World Library  
Flag as Inappropriate
Email this Article

Subsequence

Article Id: WHEBN0000236098
Reproduction Date:

Title: Subsequence  
Author: World Heritage Encyclopedia
Language: English
Subject: Substring, Bolzano–Weierstrass theorem, Compact space, Infobox integer sequence, Fermat number
Collection:
Publisher: World Heritage Encyclopedia
Publication
Date:
 

Subsequence

In mathematics, a subsequence is a sequence that can be derived from another sequence by deleting some elements without changing the order of the remaining elements. For example, the sequence \langle A,B,D \rangle is a subsequence of \langle A,B,C,D,E,F \rangle . They should not be confused with substring which is \langle A,B,C,D \rangle for above string and which is a refinement of subsequence.

Contents

  • Common subsequence 1
  • Applications 2
  • Theorems 3
  • See also 4
  • Notes 5

Common subsequence

Given two sequences X and Y, a sequence G is said to be a common subsequence of X and Y, if G is a subsequence of both X and Y. For example, if

X = \langle A,C,B,D,E,G,C,E,D,B,G \rangle and
Y = \langle B,E,G,C,F,E,U,B,K \rangle

then a common subsequence of X and Y could be

G = \langle B,E,E \rangle.

This would not be the longest common subsequence, since G only has length 3, and the common subsequence \langle B,E,E,B \rangle has length 4. The longest common subsequence of X and Y is \langle B,E,G,C,E,B \rangle .

Applications

Subsequences have applications to computer science,[1] especially in the discipline of bioinformatics, where computers are used to compare, analyze, and store DNA strands.

Take two strands of DNA, say:

ORG1 = ACGGTGTCGTGCTATGCTGATGCTGACTTATATGCTA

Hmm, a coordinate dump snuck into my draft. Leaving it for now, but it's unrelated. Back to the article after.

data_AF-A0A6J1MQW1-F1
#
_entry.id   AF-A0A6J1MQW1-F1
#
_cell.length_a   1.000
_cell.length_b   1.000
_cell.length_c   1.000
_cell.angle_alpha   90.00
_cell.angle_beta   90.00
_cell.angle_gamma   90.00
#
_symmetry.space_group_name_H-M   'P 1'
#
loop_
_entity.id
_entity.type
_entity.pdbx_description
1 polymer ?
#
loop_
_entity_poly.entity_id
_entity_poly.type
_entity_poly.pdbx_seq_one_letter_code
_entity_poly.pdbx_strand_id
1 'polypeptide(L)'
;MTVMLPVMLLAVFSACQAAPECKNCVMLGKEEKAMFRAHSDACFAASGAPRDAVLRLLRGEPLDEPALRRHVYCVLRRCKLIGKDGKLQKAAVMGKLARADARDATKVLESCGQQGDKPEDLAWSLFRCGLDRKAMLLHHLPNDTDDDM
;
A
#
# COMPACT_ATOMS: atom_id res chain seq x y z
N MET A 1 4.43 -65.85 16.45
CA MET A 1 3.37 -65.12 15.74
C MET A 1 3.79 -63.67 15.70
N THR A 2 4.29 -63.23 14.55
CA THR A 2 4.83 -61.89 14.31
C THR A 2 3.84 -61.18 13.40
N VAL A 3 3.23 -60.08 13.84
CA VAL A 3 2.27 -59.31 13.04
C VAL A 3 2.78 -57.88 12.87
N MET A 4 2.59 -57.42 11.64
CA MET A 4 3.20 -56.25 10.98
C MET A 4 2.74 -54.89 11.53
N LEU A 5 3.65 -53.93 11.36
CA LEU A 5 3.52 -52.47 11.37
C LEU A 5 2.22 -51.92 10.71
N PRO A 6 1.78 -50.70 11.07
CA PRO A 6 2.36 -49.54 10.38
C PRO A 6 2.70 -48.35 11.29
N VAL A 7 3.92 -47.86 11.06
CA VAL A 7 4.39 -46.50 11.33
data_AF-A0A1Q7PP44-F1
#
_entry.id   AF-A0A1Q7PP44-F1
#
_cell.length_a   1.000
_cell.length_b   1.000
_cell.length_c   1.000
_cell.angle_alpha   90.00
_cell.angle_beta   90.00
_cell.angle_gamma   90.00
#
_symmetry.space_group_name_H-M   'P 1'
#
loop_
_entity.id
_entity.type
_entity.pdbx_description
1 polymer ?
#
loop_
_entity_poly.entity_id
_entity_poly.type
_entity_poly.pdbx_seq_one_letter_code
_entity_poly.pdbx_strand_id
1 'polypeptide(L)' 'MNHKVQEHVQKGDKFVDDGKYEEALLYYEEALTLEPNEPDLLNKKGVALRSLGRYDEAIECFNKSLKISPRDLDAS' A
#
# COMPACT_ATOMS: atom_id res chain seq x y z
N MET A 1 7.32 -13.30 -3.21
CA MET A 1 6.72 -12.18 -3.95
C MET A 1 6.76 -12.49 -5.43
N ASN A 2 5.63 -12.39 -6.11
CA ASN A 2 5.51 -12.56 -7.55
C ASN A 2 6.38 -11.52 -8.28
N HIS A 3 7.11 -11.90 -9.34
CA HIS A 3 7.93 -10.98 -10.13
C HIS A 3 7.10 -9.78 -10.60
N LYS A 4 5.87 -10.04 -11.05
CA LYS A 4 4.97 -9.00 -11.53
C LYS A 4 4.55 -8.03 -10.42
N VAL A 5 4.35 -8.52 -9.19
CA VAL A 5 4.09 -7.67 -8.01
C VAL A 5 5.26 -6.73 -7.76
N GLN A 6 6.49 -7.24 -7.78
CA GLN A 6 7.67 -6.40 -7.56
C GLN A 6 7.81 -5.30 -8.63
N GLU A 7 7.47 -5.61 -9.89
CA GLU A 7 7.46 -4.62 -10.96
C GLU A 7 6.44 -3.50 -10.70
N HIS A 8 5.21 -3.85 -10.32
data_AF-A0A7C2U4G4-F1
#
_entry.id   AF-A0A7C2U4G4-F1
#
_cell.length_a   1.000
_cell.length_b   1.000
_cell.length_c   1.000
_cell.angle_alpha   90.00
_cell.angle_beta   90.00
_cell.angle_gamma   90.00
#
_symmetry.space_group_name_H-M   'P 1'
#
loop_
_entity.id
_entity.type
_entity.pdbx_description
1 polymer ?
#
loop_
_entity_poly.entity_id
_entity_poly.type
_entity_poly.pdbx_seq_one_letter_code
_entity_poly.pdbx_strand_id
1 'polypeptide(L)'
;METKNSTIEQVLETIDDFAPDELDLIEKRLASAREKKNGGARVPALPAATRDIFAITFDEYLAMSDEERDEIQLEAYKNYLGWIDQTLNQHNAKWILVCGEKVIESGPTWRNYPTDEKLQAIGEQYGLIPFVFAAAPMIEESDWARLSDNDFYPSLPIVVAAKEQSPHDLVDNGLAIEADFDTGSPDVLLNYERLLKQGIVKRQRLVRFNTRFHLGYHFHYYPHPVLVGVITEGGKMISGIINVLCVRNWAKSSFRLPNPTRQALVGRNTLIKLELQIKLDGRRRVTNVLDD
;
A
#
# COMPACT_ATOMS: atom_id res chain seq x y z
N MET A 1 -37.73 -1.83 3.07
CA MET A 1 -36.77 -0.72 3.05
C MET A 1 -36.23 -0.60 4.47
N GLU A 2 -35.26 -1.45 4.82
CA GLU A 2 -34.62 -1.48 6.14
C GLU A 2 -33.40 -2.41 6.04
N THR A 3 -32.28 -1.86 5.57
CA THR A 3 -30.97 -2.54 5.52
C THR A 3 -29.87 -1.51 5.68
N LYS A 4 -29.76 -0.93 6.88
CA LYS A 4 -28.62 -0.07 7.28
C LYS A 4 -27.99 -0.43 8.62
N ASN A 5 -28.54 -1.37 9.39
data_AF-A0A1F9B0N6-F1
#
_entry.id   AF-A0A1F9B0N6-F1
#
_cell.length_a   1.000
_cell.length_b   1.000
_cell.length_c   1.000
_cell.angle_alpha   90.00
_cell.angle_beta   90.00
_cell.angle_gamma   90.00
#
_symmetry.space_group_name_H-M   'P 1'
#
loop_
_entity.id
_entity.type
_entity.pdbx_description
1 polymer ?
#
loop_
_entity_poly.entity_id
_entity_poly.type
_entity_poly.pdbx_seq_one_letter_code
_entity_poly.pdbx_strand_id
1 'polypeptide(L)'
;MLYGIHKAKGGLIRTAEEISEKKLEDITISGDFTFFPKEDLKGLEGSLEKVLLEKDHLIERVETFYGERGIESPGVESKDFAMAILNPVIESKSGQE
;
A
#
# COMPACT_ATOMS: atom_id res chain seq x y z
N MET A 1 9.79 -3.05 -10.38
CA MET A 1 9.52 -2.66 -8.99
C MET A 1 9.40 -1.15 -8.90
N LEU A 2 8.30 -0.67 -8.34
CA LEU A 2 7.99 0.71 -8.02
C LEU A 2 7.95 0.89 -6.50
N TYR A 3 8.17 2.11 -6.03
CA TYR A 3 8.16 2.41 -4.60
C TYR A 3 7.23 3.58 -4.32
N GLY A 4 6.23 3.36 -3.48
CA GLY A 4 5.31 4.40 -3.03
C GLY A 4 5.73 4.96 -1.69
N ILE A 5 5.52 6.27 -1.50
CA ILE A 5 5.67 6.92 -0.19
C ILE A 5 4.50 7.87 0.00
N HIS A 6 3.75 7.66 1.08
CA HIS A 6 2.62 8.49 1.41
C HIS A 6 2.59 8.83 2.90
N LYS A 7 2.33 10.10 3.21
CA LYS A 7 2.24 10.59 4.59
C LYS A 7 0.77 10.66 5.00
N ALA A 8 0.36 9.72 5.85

and
ORG2 = CGTTCGGCTATCGTACGTTCTATTCTATGATTTCTAA.

Subsequences are used to determine how similar the two strands of DNA are, using the DNA bases: adenine, guanine, cytosine and thymine.

Theorems

See also

Notes

  1. ^ In computer science,  

This article incorporates material from subsequence on PlanetMath, which is licensed under the Creative Commons Attribution/Share-Alike License.

This article was sourced from Creative Commons Attribution-ShareAlike License; additional terms may apply. World Heritage Encyclopedia content is assembled from numerous content providers, Open Access Publishing, and in compliance with The Fair Access to Science and Technology Research Act (FASTR), Wikimedia Foundation, Inc., Public Library of Science, The Encyclopedia of Life, Open Book Publishers (OBP), PubMed, U.S. National Library of Medicine, National Center for Biotechnology Information, U.S. National Library of Medicine, National Institutes of Health (NIH), U.S. Department of Health & Human Services, and USA.gov, which sources content from all federal, state, local, tribal, and territorial government publication portals (.gov, .mil, .edu). Funding for USA.gov and content contributors is made possible from the U.S. Congress, E-Government Act of 2002.
 
Crowd sourced content that is contributed to World Heritage Encyclopedia is peer reviewed and edited by our editorial staff to ensure quality scholarly research articles.
 
By using this site, you agree to the Terms of Use and Privacy Policy. World Heritage Encyclopedia™ is a registered trademark of the World Public Library Association, a non-profit organization.
 


Copyright © World Library Foundation. All rights reserved. eBooks from Project Gutenberg are sponsored by the World Library Foundation,
a 501c(4) Member's Support Non-Profit Organization, and is NOT affiliated with any governmental agency or department.